Sewage sludge application to pasture as a model to study the effects of pollutant exposure on animal and ecosystem health
Soil supports a range of ecosystem services that underpin the sustainability of our production systems and environmental security. The recycling of treated waste-water (sewage sludge) by applying it to land as a soil conditioner and source of nutrients is a regulated agricultural procedure which has long been practised. Sewage sludge (from wastewater treatment) contains a complex mixture of environmental chemicals and heavy metals (Table 1) some of which have been shown to have endocrine disrupting effects.
Sludge application to pasture therefore represents a relevant model of both maternal and fetal exposure to exogenous endocrine disrupting chemicals (EDCs, Figure 1). There are concerns that if inappropriate rates of application are used and/or the material also introduces excess nutrients and potentially toxic chemicals into an ecosystem, that this could have long term effects on ecosystem services, biodiversity and animal health.
In 1994 as part of the Long Term Sludge Experiment (LTSE) to examine the long term effects of sludge application on agricultural land, sewage sludge treated experimental field sites were established by the James Hutton Institute at Hartwood, North Lanarkshire.
In 2007, as part of a large Wellcome Trust grant in collaboration with JHI (Dr Stewart Rhind), University of Aberdeen (Prof Paul Fowler), University of Edinburgh (Prof Richard Sharpe), INRA, France (Dr Corinne Cotinot), University of Nottingham (Prof Richard Lea), Dr Bellingham and Prof Evans from the University of Glasgow began to study the physiological effects of exposure to sludge treated pastures via grazing, in sheep.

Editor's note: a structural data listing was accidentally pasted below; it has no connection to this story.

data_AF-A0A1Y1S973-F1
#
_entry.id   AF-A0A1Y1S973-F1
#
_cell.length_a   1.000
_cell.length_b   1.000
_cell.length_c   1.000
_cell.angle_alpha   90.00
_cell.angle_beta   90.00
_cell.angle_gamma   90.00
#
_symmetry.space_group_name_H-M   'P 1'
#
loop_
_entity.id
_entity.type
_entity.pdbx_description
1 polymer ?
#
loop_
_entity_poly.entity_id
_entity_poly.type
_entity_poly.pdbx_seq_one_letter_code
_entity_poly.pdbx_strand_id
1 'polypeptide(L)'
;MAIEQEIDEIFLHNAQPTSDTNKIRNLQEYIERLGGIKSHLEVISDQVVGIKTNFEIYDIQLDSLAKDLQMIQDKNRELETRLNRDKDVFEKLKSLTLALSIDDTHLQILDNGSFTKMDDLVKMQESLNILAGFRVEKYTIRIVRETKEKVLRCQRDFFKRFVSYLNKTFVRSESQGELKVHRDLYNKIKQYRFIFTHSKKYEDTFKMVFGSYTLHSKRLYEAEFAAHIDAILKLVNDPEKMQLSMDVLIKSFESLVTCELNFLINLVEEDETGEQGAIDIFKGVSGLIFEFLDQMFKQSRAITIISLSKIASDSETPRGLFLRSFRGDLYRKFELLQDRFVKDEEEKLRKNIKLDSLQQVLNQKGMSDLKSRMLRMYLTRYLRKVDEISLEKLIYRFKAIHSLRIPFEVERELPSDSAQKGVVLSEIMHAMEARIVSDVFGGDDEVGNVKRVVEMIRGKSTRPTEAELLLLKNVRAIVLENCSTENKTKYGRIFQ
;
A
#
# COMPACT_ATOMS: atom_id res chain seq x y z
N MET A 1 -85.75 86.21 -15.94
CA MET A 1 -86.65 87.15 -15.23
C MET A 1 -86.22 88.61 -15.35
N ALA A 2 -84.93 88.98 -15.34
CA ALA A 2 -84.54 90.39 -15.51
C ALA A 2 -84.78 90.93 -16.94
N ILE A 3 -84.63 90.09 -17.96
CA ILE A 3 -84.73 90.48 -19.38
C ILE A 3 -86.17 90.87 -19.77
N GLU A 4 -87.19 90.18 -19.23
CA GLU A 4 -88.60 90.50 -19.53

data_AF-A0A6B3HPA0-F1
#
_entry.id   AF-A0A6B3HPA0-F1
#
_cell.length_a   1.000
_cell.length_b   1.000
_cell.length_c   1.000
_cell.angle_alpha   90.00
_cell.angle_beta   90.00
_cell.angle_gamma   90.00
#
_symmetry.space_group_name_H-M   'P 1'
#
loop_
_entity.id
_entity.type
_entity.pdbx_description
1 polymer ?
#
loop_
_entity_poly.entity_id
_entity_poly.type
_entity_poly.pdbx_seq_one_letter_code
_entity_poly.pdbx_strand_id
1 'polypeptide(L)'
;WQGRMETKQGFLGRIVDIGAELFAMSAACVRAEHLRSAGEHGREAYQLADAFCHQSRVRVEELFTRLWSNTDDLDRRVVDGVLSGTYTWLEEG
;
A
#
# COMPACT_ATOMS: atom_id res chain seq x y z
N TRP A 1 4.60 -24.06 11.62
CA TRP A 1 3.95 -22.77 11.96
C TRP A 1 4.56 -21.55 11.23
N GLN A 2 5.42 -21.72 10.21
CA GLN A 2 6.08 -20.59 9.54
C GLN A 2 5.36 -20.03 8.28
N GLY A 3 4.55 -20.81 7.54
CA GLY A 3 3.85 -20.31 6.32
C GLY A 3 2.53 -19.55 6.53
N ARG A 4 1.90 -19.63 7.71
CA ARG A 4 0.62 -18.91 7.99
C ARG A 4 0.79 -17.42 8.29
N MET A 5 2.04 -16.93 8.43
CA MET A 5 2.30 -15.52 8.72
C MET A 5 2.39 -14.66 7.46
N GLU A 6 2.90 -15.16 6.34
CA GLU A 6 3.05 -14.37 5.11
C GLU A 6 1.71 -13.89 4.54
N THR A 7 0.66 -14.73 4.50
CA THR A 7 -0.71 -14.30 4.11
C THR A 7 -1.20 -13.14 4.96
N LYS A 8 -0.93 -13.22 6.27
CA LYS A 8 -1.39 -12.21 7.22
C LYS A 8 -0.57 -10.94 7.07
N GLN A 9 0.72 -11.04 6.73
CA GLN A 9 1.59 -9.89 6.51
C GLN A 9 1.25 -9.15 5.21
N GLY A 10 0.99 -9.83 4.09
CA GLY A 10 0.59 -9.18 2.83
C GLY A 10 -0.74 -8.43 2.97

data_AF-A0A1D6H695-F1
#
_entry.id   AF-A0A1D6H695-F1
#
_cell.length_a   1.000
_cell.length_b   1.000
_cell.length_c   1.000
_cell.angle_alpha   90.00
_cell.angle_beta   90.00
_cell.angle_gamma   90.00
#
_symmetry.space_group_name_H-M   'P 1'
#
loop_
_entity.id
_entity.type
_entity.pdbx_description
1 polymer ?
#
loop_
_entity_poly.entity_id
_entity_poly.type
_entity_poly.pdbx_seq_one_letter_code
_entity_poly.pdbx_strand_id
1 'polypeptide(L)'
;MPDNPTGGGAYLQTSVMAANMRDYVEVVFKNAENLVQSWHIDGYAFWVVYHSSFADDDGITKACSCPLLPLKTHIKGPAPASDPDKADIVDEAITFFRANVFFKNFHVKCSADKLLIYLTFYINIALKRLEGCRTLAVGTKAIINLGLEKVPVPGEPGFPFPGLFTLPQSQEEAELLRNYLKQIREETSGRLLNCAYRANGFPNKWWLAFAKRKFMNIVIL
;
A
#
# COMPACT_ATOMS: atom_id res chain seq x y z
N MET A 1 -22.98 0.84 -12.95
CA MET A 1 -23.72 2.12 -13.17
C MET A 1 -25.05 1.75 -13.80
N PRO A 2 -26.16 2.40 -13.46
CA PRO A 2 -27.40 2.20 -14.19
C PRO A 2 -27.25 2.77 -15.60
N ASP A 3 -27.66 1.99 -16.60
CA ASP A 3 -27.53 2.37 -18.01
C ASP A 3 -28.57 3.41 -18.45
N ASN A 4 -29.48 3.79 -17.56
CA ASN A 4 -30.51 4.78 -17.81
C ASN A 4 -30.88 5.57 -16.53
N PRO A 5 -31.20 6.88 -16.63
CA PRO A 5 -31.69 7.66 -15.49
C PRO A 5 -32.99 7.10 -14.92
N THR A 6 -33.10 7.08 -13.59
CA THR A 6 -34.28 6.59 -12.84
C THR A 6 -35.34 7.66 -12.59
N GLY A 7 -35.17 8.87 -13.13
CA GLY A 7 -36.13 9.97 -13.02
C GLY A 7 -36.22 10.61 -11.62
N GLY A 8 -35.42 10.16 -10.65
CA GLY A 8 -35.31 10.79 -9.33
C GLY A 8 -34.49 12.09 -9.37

Dr Bellingham and Prof Evans have published a number of papers documenting the effects of exposure to sewage sludge chemicals on the reproductive system in sheep, and together the group have published several papers showing the effects of sludge exposure on several other body systems and behaviour (see publications) in sheep.
The study system
To extend previous studies using the sewage sludge model, Dr Bellingham, with support from University of Glasgow Cochno Research Farm director Dr Peter Hastie, has recently established additional sludge treated experimental sites to further study the physiological effects of chemical exposure on other species and wild animal populations.